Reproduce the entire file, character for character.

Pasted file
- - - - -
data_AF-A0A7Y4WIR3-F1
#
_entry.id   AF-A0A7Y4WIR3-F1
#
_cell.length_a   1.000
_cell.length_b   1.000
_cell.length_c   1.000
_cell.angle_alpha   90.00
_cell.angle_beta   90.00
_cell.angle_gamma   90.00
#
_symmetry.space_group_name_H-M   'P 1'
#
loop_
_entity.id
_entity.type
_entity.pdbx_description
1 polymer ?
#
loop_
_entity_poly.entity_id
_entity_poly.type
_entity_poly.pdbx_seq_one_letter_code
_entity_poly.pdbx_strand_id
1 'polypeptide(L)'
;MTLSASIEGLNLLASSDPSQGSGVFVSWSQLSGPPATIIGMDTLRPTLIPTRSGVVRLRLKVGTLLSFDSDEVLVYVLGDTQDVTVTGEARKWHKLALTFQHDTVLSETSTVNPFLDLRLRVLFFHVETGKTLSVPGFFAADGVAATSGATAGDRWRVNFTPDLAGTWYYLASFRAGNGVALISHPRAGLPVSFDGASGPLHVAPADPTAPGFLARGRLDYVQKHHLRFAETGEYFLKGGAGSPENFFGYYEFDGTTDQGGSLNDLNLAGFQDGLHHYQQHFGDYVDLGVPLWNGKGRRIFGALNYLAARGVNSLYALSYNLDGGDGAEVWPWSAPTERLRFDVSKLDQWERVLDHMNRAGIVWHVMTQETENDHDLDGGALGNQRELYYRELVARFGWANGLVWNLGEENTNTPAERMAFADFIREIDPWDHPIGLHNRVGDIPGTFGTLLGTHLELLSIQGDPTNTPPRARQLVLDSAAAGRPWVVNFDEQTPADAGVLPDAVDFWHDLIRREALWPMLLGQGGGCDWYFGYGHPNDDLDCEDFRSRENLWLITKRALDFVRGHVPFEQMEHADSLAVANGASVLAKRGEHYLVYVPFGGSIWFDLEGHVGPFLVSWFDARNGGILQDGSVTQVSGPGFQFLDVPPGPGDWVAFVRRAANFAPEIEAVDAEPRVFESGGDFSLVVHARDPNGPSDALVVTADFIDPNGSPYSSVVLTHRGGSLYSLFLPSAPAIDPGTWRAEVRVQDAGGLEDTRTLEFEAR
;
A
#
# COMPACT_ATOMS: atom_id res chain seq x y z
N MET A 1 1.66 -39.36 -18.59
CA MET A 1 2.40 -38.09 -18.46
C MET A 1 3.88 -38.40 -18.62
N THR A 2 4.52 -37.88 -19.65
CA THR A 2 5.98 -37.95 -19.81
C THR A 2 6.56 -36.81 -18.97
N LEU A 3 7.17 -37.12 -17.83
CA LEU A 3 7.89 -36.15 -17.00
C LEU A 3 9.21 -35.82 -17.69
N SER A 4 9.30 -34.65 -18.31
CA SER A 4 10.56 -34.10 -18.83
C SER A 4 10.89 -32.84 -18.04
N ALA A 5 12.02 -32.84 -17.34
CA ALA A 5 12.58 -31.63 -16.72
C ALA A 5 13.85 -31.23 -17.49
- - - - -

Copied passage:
data_AF-A0A7Y4WIR3-F1
#
_entry.id   AF-A0A7Y4WIR3-F1
#
_cell.length_a   1.000
_cell.length_b   1.000
_cell.length_c   1.000
_cell.angle_alpha   90.00
_cell.angle_beta   90.00
_cell.angle_gamma   90.00
#
_symmetry.space_group_name_H-M   'P 1'
#
loop_
_entity.id
_entity.type
_entity.pdbx_description
1 polymer ?
#
loop_
_entity_poly.entity_id
_entity_poly.type
_entity_poly.pdbx_seq_one_letter_code
_entity_poly.pdbx_strand_id
1 'polypeptide(L)'
;MTLSASIEGLNLLASSDPSQGSGVFVSWSQLSGPPATIIGMDTLRPTLIPTRSGVVRLRLKVGTLLSFDSDEVLVYVLGDTQDVTVTGEARKWHKLALTFQHDTVLSETSTVNPFLDLRLRVLFFHVETGKTLSVPGFFAADGVAATSGATAGDRWRVNFTPDLAGTWYYLASFRAGNGVALISHPRAGLPVSFDGASGPLHVAPADPTAPGFLARGRLDYVQKHHLRFAETGEYFLKGGAGSPENFFGYYEFDGTTDQGGSLNDLNLAGFQDGLHHYQQHFGDYVDLGVPLWNGKGRRIFGALNYLAARGVNSLYALSYNLDGGDGAEVWPWSAPTERLRFDVSKLDQWERVLDHMNRAGIVWHVMTQETENDHDLDGGALGNQRELYYRELVARFGWANGLVWNLGEENTNTPAERMAFADFIREIDPWDHPIGLHNRVGDIPGTFGTLLGTHLELLSIQGDPTNTPPRARQLVLDSAAAGRPWVVNFDEQTPADAGVLPDAVDFWHDLIRREALWPMLLGQGGGCDWYFGYGHPNDDLDCEDFRSRENLWLITKRALDFVRGHVPFEQMEHADSLAVANGASVLAKRGEHYLVYVPFGGSIWFDLEGHVGPFLVSWFDARNGGILQDGSVTQVSGPGFQFLDVPPGPGDWVAFVRRAANFAPEIEAVDAEPRVFESGGDFSLVVHARDPNGPSDALVVTADFIDPNGSPYSSVVLTHRGGSLYSLFLPSAPAIDPGTWRAEVRVQDAGGLEDTRTLEFEAR
;
A
#
# COMPACT_ATOMS: atom_id res chain seq x y z
N MET A 1 1.66 -39.36 -18.59
CA MET A 1 2.40 -38.09 -18.46
C MET A 1 3.88 -38.40 -18.62
N THR A 2 4.52 -37.88 -19.65
CA THR A 2 5.98 -37.95 -19.81
C THR A 2 6.56 -36.81 -18.97
N LEU A 3 7.17 -37.12 -17.83
CA LEU A 3 7.89 -36.15 -17.00
C LEU A 3 9.21 -35.82 -17.69
N SER A 4 9.30 -34.65 -18.31
CA SER A 4 10.56 -34.10 -18.83
C SER A 4 10.89 -32.84 -18.04
N ALA A 5 12.02 -32.84 -17.34
CA ALA A 5 12.58 -31.63 -16.72
C ALA A 5 13.85 -31.23 -17.49